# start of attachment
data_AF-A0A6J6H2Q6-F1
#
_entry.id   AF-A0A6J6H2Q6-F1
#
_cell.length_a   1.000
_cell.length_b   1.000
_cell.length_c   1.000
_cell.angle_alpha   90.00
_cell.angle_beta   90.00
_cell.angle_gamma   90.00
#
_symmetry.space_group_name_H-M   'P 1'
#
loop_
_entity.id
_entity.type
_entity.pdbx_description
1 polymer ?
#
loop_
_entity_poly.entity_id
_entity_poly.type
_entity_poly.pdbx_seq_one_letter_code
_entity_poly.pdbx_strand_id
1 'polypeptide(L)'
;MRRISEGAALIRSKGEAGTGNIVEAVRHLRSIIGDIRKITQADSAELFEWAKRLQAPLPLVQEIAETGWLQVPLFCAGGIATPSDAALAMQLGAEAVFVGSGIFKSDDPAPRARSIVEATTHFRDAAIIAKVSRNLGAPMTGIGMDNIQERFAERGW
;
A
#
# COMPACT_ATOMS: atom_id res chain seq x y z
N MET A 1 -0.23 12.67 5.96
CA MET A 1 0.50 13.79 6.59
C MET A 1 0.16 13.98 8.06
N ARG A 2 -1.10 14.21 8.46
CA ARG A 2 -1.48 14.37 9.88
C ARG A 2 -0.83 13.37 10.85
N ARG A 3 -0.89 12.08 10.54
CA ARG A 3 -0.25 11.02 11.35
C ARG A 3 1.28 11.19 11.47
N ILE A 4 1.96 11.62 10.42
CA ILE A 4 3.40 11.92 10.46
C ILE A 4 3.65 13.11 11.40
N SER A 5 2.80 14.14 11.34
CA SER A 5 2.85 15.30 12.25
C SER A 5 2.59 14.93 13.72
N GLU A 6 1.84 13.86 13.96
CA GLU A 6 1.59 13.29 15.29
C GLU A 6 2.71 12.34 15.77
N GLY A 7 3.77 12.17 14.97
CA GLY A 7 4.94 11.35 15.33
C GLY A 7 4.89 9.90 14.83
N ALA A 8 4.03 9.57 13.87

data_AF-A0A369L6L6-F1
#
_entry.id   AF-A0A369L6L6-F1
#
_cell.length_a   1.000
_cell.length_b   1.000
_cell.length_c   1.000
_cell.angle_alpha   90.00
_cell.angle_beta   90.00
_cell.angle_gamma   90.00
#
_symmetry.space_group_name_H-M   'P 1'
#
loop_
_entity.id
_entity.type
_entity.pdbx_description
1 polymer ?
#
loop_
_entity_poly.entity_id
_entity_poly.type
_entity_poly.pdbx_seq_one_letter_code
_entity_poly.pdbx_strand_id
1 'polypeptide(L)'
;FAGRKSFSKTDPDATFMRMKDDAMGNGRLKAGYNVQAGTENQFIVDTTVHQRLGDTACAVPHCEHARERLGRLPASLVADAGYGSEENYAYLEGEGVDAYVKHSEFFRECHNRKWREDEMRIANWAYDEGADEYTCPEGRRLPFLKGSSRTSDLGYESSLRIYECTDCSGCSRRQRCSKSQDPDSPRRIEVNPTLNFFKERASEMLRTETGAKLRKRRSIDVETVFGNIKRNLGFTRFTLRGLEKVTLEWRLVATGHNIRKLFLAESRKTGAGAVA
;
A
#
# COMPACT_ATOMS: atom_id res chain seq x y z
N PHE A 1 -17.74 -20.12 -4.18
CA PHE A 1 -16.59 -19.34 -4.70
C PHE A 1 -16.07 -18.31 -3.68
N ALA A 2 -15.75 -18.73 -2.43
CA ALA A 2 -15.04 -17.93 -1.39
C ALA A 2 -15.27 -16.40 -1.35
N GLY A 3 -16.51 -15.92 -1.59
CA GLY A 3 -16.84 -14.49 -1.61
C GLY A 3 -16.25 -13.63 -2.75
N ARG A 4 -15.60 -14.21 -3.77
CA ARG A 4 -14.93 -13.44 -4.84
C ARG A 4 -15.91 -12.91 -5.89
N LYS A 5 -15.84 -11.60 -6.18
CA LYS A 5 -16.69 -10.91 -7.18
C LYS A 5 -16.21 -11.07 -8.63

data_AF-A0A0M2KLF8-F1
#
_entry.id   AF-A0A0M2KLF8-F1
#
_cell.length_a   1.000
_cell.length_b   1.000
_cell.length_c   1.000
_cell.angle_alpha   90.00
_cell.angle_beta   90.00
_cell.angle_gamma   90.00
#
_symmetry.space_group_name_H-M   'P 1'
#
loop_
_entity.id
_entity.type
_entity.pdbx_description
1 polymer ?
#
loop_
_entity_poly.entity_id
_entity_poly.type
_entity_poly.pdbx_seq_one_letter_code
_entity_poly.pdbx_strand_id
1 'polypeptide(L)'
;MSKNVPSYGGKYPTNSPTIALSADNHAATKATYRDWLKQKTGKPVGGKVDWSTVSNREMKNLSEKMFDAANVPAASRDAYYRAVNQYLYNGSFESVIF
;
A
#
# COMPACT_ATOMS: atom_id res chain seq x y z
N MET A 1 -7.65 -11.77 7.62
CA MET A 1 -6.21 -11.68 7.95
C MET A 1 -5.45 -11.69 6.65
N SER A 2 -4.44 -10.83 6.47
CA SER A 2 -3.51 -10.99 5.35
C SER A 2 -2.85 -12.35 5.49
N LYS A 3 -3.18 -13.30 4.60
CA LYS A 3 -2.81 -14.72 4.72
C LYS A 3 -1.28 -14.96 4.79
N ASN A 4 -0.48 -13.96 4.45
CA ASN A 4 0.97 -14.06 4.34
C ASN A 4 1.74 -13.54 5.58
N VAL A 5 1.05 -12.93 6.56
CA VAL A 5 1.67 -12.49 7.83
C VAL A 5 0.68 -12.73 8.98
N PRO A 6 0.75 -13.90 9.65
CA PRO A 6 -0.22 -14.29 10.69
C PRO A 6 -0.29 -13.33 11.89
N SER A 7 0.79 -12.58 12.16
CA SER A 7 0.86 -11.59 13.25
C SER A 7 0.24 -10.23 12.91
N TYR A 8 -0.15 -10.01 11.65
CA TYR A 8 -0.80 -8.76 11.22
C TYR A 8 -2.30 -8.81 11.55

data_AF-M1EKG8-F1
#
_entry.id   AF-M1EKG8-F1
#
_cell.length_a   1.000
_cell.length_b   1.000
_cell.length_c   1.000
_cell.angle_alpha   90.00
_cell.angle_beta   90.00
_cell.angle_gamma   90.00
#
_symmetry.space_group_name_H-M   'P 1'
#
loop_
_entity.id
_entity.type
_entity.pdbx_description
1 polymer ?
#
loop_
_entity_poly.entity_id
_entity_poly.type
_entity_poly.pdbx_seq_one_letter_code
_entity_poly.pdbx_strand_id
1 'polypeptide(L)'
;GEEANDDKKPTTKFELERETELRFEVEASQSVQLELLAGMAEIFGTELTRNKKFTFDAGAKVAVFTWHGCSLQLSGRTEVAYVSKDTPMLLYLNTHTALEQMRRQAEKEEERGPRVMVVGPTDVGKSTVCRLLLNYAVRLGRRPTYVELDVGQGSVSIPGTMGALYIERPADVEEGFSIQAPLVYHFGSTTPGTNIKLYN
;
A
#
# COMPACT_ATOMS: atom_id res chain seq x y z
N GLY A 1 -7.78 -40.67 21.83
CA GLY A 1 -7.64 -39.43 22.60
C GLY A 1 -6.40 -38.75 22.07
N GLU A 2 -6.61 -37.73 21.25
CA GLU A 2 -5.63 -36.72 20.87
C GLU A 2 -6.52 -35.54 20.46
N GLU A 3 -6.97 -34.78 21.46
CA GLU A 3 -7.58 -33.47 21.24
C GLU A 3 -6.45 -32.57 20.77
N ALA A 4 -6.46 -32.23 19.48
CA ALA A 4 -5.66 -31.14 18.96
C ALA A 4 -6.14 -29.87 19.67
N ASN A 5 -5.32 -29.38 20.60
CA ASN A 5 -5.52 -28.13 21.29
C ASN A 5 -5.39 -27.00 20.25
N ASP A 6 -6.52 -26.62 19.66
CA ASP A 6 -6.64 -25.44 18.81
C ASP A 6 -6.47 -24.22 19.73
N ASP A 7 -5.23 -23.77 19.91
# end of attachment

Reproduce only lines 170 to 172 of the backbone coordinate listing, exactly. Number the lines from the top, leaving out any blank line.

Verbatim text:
#
loop_
_entity_poly.entity_id